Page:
Coincidentally, the networking I did to build my consulting business led me to my second career transition. Earlier this year, a friend invited me to lunch to discuss a business idea he had. Over the next six months, we met every so often, and I saw his business idea morph into what it is today—a social network to help the growing population of online learners complete a curriculum of courses to develop mastery in a field. Along the way, I started seeing connections between his startup and women I met who were taking online classes to improve their technical skills. Many told me that they liked online classes because they could fit them into their busy lives, yet they didn’t think they were learning enough to apply to a real-world programming need. They knew they needed to take more classes and get more experience building software, but they struggled with next steps. As a result, I knew my friend was on to something.

    In a surprising twist of events, my friend asked me to be the CEO of his company. I wasn’t looking for this kind of role, but I decided to consider it seriously. As I evaluated the opportunity and met more of his team, I became really excited. And I realized that, by joining the startup, I could help more women than I ever could as a consultant. With the support of my husband and kids, I decided to lean into my career once again. I’m now the CEO of Athentica, an early stage online learning startup. And I’m having the time of my life.

    What drew you to a career in technology?

    As a child, I was a good student, I enjoyed solving puzzles, and I loved making things. This last memory is especially strong. My family didn’t have much disposable income, and my parents instilled a strong sense of frugality in all that we did. We canned vegetables from our garden, made jam, hand-crafted gifts, and learned to sew and knit. I especially loved making my own clothes; not only did it save me money, it gave me a wonderful creative outlet.

    When I was in high school, my dad showed me a magazine article of a young woman earning more money than I could have imagined. She was strong in math and science in high school, and she studied computer science in college. My dad suggested I could do the same, and I was definitely enticed by the potential salary. Growing up in such a frugal household, I knew I wanted to pursue a career where I’d be able to support myself.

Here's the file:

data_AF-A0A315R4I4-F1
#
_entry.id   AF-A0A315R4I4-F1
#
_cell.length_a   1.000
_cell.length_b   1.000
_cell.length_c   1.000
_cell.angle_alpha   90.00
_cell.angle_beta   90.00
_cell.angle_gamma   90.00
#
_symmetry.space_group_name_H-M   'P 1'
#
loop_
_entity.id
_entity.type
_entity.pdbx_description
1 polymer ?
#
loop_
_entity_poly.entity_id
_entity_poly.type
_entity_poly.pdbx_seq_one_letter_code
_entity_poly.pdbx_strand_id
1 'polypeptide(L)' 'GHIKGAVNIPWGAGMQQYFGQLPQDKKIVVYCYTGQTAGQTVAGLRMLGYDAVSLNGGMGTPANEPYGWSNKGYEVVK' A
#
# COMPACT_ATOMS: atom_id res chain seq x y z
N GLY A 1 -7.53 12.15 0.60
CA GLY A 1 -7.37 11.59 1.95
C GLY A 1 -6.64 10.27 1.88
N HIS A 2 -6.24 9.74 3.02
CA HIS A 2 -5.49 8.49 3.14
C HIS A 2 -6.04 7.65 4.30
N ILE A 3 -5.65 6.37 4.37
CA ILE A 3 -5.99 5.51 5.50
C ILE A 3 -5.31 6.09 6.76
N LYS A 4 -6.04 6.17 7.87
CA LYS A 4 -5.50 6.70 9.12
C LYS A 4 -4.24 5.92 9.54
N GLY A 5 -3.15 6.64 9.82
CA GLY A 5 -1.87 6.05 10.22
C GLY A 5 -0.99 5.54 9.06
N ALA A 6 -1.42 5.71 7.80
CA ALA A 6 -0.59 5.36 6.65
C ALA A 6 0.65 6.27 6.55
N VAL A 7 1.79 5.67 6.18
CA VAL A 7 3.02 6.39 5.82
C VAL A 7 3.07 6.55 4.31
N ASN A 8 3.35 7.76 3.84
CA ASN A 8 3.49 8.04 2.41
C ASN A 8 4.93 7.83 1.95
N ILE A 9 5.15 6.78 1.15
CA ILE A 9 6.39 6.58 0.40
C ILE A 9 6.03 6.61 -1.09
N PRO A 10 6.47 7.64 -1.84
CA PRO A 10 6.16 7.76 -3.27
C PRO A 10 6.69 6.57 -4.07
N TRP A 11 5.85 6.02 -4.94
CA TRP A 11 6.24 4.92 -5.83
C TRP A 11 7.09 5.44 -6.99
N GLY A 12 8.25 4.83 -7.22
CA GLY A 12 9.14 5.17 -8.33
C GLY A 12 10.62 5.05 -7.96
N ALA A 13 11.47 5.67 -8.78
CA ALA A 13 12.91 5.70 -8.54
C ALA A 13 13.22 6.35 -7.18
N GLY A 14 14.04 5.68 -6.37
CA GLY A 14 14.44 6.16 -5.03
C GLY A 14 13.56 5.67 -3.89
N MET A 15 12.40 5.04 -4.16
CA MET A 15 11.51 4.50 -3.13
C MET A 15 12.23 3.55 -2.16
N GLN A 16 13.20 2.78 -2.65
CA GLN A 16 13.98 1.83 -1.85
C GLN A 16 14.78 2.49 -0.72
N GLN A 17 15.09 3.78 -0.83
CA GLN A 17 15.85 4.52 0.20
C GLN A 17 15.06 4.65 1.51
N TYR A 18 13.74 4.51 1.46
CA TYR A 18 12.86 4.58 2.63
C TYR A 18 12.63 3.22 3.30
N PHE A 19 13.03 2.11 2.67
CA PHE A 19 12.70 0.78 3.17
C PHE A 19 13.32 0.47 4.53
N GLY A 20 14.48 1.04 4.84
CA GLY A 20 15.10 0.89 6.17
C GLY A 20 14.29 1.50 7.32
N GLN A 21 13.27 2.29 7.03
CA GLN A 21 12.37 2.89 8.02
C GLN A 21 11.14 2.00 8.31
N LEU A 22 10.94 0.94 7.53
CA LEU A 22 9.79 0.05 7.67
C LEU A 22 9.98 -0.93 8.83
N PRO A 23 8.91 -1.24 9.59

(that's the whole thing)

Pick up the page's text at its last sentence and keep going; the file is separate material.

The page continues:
A year later, I was accepted at Brown University and declared computer science as my major.  In hindsight, this was pretty risky—I had never even touched a computer! Fortunately, I enjoyed my classes. Just like sewing and knitting, building software met a basic need I had to make things. I found it fun, fulfilling, and frankly addictive. 

    Tell me about your management style today.

    As an executive and a working mom, I became a better leader because of the parenting skills I learned, and a better parent because of the leadership training I received. Not surprisingly, my leadership style is a blend of the qualities I think are important for both leaders and parents: empathetic within reason, nurturing, respectful, decisive, dependable, resilient, and calm. I put a lot of trust in the people around me and encourage them to grow their skills. Professionally, this is called “succession planning.” At home, it’s called “making sure your kids can eventually move out and support themselves!”

    I see intersections of parenting and leadership on a regular basis, and I share my thoughts on my blog “Use Your Inside Voice.”  Please stop by if this sounds interesting to you.

    What advice would you give to a woman looking to grow in her career while making time for her family? 

    For today’s working parents, there are never enough hours in the day. We all develop coping skills to get it all done, some more extreme than others. What I’ve seen in myself and in my friends is that we’ve mastered the ability to shrink our household duties down to the bare minimum. Even if you have a partner who equally shares these duties (as recommended in “Lean In”), you can still simplify your life to have more time to focus on family and career.

    Earlier this year, I shared my strategies for simplifying household responsibilities on my blog: I’m always looking for more ideas. Please tell me about your strategies by leaving a comment on that blog post. Thanks!